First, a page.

He and his fellow gang members often gathered and drank at a public house in Southwark called the Lamb and Flag. The pub is first found in public records in 1772 when it was called the Coopers Arms. Later it became known as The Bucket of Blood because of numerous fist fights there. The Southwark’s Lamb and Flag was probably located in Borough High Street. It does not exist today.

The word “hooligan” first appeared in London police-court reports in 1894 for the name of a gang in the Lambeth area of London—the Hooligan Boys. In August 1898 a member of the Hooligan gang murdered a person and “Hooligan” became popular in the London press.

Patrick’s end came when he killed a policeman during a street fight. He was sentenced to life in prison, where he died. Hooligan’s name became so notorious that English newspapers began calling rowdy troublemakers “hooligans” and acts of violence “hooliganism”.

The London newspaper The Daily Graphic used the word “hooliganism” in an article on 22 August 1898. Soon violent and destructive behaviour was called hooliganism. Famous writers such as Arthur Conan Doyle and H.G. Wells used the word “hooligan” or “hooliganism” in their works in the early 20th century.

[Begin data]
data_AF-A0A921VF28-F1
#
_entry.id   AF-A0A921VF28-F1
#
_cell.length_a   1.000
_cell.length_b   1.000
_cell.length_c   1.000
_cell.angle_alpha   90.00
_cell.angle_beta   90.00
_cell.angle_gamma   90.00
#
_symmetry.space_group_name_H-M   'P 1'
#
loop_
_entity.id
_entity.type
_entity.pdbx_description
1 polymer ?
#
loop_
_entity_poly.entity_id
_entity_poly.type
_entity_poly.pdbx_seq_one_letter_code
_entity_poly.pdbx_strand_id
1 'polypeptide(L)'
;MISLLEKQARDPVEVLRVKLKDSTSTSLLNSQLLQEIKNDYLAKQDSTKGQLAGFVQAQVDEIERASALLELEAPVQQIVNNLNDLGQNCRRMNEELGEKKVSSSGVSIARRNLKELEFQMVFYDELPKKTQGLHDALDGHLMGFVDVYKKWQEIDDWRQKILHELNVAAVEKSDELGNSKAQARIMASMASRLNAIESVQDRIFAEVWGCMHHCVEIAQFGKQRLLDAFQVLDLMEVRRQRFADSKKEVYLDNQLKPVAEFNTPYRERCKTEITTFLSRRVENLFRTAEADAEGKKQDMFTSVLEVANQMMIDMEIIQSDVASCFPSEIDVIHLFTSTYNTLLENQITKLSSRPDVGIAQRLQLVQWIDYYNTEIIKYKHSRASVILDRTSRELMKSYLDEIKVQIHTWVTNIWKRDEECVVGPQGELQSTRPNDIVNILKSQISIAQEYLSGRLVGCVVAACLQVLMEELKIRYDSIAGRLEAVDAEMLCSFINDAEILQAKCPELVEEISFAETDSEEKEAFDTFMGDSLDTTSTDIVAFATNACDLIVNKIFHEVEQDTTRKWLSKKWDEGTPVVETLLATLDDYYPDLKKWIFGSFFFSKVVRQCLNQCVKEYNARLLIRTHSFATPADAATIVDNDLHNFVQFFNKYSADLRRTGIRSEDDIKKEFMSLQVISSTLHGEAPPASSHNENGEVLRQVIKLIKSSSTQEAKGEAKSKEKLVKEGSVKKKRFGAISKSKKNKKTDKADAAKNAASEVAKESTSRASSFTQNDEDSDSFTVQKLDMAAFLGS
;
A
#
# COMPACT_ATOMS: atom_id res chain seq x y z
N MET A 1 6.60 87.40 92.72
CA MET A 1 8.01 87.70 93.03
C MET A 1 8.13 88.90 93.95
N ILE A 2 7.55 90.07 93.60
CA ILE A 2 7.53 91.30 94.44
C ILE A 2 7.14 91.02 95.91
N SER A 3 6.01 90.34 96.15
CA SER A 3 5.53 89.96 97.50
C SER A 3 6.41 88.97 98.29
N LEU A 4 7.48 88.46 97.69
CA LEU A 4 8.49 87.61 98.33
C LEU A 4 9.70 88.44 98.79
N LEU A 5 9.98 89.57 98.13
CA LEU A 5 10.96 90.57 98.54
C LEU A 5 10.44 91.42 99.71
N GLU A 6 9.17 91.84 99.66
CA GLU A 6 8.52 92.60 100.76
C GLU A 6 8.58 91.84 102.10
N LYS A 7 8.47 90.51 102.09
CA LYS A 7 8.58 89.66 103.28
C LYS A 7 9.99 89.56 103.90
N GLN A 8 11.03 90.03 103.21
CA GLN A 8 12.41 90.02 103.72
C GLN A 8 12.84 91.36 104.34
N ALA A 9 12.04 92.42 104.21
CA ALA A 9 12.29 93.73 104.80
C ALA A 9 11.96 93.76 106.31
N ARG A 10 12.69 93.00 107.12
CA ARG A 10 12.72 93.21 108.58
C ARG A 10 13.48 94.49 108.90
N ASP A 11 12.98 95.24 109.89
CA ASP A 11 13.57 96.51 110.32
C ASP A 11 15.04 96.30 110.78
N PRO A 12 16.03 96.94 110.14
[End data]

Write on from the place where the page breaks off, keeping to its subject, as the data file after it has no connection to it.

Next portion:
Today the word is used worldwide in many languages to describe rowdy and violent football fans – or street rowdies and violent protesters.

In 1987 German amateur pilot Matthias Rust, 17, flew a small plane into the Soviet Union and landed near the Kremlin. Soviet authorities charged and convicted Rust of the crime of “hooliganism”, among others.

 

Amy Walker And 21 English Accents

People ask me which English accent is best to use. Answer: Pick the one you like!